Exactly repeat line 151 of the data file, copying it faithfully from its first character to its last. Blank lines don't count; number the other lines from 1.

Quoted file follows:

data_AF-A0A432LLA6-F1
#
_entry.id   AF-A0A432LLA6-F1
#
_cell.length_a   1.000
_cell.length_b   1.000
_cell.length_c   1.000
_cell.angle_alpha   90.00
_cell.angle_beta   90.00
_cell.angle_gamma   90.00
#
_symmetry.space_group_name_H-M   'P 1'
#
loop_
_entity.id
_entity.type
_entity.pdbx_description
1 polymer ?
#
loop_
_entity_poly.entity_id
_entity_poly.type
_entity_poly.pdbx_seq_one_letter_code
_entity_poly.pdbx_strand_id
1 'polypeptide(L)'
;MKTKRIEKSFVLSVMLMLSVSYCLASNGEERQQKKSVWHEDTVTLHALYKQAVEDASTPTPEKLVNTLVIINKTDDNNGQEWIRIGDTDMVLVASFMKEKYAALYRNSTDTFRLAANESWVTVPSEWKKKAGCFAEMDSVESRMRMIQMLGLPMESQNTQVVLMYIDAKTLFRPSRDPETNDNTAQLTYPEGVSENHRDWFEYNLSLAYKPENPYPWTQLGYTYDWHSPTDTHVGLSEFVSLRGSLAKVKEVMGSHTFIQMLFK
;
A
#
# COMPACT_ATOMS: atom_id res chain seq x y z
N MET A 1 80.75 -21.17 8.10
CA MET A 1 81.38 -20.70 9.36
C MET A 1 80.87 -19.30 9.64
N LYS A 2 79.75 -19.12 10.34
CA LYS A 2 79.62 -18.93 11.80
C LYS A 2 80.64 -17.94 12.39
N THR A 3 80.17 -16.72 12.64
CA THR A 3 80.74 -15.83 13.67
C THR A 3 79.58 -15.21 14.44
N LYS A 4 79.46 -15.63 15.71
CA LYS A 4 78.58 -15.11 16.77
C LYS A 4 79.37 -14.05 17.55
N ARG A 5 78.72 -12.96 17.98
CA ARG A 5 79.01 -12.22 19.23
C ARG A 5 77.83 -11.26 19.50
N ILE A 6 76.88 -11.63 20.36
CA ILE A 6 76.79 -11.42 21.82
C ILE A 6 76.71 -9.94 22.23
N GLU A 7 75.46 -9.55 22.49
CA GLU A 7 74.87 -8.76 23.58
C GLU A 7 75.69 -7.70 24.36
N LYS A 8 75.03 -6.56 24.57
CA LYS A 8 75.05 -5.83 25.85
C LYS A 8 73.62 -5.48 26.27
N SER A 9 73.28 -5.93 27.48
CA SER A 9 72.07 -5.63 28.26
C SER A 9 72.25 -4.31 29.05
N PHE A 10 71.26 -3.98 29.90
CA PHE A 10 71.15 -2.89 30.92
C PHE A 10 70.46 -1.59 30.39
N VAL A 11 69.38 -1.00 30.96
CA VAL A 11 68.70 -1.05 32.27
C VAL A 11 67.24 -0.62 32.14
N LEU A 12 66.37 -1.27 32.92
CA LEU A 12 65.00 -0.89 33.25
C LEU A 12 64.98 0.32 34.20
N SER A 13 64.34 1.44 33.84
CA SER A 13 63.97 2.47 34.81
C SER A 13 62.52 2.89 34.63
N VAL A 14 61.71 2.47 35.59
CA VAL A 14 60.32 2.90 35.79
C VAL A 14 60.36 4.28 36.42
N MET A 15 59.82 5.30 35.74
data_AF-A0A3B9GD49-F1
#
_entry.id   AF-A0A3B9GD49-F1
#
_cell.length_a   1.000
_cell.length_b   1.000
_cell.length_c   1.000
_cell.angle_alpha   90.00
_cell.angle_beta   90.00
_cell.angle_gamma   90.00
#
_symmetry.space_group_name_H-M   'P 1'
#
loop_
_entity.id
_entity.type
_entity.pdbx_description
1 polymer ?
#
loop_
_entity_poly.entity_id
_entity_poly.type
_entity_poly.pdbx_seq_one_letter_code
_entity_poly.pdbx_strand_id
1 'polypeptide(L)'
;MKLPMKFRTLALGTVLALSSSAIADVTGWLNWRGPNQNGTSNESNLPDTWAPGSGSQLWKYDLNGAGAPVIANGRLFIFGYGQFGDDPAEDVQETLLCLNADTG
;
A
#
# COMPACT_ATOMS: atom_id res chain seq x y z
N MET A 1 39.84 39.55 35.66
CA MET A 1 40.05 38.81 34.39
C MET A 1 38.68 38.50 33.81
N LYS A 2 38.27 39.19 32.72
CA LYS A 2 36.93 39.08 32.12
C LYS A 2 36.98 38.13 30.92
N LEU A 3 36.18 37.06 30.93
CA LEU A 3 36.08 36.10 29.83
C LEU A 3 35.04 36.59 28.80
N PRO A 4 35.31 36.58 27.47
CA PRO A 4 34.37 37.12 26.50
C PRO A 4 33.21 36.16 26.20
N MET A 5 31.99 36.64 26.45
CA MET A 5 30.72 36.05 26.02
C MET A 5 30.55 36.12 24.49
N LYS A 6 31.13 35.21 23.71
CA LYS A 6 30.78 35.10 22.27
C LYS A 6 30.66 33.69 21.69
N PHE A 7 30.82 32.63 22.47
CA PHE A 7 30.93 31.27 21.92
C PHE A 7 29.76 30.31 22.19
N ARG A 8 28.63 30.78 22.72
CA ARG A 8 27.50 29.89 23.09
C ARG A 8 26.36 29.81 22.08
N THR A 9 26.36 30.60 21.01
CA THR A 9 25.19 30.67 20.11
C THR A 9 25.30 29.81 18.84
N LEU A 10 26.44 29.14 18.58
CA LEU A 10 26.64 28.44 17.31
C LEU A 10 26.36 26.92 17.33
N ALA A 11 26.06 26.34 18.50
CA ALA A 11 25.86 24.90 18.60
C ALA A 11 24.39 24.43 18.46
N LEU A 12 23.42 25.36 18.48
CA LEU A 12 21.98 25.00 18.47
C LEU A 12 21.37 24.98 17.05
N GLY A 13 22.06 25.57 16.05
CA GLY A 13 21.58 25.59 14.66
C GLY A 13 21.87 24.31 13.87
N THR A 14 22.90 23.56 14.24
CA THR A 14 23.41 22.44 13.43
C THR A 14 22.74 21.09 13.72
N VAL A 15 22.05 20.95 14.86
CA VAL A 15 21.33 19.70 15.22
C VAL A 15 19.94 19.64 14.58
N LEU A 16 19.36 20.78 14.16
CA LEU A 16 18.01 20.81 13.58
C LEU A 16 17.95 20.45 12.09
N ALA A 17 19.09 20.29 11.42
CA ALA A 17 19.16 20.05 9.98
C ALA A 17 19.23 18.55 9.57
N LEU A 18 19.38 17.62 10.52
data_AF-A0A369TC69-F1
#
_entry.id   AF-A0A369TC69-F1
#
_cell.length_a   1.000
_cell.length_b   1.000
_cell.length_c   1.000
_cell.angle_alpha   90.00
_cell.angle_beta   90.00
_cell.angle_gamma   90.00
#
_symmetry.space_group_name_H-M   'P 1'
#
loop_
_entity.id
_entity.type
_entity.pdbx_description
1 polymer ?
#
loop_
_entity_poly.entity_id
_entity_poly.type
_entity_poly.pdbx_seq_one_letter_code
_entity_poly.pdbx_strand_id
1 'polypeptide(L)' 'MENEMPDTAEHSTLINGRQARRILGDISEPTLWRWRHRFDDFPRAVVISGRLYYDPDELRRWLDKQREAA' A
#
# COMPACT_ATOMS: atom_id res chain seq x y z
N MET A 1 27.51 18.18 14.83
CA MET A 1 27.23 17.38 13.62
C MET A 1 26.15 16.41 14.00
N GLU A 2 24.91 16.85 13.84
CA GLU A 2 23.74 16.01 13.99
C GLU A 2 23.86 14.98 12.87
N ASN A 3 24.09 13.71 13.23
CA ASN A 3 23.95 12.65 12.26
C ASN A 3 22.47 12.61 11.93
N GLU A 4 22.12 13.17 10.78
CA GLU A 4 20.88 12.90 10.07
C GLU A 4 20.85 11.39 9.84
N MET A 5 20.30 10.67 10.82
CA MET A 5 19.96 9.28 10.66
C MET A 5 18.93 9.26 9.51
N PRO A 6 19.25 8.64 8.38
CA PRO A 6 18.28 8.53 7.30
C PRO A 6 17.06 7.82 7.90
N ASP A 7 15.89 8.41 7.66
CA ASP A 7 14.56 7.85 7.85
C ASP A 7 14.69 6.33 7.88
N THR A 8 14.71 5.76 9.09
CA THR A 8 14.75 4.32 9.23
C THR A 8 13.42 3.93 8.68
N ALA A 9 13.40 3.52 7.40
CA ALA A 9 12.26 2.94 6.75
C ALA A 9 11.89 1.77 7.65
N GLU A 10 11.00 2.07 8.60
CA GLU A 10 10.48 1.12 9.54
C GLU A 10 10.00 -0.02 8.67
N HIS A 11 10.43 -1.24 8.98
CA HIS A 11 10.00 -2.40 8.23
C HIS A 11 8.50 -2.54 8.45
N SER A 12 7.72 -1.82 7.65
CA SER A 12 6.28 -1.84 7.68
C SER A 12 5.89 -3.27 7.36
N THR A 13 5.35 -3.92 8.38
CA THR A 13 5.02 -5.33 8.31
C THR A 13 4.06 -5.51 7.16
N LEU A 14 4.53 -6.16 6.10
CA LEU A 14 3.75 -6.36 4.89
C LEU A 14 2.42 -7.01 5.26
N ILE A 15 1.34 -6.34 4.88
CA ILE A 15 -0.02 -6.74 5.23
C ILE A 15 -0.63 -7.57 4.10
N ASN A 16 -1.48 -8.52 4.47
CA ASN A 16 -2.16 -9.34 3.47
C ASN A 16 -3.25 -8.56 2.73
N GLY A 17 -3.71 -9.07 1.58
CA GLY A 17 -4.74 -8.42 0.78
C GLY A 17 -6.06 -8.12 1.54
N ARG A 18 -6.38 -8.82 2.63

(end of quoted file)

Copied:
C LEU A 16 17.95 20.45 12.09